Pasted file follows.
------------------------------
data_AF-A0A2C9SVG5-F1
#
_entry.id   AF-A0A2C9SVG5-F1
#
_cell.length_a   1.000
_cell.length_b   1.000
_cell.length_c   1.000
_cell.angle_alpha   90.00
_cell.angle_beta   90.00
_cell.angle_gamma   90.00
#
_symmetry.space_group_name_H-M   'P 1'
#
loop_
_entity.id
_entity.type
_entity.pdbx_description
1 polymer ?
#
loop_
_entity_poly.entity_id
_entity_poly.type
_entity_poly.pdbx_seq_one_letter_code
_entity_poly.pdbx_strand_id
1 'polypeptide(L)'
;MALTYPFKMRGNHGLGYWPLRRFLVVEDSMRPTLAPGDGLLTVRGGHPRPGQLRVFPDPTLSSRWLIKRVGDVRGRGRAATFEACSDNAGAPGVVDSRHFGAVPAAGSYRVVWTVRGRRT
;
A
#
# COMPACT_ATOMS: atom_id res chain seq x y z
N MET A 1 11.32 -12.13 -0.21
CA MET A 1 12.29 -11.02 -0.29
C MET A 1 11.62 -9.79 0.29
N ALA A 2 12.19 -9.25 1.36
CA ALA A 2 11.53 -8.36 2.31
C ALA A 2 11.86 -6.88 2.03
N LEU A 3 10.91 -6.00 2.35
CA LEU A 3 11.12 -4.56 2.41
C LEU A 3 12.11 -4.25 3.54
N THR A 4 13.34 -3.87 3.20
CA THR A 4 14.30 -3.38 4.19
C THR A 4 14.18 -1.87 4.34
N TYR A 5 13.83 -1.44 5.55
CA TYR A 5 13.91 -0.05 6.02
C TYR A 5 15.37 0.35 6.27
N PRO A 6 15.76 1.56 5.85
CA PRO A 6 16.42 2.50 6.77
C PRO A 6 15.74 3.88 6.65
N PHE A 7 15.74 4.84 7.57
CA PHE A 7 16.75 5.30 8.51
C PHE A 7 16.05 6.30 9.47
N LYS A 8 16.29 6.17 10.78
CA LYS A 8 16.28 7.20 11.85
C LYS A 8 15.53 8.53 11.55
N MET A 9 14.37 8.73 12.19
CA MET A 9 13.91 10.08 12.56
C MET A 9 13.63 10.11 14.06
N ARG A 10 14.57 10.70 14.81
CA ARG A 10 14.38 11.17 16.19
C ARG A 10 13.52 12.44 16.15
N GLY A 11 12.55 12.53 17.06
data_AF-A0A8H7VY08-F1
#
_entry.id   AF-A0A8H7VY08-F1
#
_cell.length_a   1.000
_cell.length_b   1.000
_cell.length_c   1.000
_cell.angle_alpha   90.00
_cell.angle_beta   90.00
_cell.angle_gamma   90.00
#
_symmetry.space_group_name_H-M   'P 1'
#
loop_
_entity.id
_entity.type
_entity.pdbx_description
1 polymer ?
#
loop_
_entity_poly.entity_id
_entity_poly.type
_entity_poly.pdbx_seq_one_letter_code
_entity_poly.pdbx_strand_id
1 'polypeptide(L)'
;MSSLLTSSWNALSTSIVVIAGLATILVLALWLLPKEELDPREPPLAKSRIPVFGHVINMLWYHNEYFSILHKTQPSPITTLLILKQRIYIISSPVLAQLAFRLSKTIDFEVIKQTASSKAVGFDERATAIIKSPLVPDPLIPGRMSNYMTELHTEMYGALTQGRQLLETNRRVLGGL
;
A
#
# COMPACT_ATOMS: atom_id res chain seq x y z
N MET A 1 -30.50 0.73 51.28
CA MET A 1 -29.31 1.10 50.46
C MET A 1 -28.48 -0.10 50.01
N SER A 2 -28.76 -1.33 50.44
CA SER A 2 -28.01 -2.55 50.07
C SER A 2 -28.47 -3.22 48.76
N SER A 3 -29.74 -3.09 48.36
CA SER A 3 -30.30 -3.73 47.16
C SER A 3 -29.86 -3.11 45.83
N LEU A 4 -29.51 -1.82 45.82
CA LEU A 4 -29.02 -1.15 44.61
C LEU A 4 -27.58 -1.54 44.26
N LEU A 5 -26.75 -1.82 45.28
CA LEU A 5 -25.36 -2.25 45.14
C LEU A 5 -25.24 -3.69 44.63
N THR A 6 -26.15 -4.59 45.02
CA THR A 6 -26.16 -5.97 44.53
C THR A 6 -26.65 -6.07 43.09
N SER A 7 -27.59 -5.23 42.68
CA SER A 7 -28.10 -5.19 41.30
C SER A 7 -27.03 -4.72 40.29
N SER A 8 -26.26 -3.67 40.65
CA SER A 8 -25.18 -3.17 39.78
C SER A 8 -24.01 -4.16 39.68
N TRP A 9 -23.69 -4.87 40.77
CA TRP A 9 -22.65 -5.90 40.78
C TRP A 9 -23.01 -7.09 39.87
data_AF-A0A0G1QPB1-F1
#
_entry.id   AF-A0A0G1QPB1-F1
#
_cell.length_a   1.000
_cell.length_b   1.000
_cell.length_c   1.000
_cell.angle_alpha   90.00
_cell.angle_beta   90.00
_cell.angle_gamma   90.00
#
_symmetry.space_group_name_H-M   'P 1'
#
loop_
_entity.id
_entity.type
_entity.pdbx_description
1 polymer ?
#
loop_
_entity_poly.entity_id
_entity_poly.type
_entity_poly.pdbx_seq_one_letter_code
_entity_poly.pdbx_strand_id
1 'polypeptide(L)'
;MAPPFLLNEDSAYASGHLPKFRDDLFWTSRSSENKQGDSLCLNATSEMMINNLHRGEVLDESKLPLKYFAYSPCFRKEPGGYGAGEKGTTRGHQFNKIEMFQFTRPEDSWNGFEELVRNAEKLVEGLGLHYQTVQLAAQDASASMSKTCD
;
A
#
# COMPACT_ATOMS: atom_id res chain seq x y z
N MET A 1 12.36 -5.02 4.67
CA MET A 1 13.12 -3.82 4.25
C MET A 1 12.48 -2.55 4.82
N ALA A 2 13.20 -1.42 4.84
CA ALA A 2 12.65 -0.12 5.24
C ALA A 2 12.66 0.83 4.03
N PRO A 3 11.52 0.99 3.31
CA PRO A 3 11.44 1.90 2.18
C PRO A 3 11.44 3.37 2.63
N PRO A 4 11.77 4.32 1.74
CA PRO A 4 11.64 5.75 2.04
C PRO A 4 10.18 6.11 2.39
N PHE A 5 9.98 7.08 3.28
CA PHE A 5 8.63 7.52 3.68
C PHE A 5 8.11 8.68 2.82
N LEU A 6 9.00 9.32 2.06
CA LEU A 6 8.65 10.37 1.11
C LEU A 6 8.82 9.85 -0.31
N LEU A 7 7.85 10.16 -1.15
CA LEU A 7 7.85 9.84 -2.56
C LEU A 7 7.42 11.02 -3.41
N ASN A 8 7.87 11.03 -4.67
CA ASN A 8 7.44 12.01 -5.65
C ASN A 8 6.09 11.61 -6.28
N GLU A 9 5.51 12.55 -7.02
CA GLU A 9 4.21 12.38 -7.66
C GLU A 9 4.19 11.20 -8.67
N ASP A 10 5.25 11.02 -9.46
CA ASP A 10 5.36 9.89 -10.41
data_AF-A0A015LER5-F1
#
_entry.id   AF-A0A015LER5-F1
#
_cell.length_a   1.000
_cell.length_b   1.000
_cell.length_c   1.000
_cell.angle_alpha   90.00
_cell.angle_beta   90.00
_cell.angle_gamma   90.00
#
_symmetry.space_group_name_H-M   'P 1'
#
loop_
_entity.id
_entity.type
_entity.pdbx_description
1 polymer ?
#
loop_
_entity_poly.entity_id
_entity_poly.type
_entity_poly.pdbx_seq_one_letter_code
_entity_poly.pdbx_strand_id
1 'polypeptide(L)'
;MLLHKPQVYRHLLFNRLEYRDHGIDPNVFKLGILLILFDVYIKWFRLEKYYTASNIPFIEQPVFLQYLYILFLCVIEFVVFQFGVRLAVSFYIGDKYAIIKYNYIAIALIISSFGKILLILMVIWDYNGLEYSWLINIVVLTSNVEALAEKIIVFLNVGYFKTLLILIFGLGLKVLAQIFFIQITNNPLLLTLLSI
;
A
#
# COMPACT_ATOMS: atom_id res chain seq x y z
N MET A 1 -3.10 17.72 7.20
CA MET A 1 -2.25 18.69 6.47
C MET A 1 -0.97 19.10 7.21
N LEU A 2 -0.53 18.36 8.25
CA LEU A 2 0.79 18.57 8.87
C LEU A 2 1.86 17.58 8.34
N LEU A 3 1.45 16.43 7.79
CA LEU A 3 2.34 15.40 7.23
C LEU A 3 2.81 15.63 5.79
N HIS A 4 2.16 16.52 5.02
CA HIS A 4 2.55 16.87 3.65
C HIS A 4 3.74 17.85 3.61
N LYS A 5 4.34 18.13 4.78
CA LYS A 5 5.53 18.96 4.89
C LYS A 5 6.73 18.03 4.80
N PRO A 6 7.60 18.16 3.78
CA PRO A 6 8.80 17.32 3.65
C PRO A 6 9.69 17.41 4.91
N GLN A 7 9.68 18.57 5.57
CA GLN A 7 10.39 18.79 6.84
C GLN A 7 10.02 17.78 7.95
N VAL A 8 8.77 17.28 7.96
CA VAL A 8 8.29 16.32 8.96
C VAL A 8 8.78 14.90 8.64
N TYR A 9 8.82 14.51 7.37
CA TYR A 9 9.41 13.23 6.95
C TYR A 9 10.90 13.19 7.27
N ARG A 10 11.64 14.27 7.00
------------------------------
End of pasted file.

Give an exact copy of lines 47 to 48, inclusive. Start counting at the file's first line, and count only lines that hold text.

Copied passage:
CA PRO A 6 16.42 2.50 6.77
C PRO A 6 15.74 3.88 6.65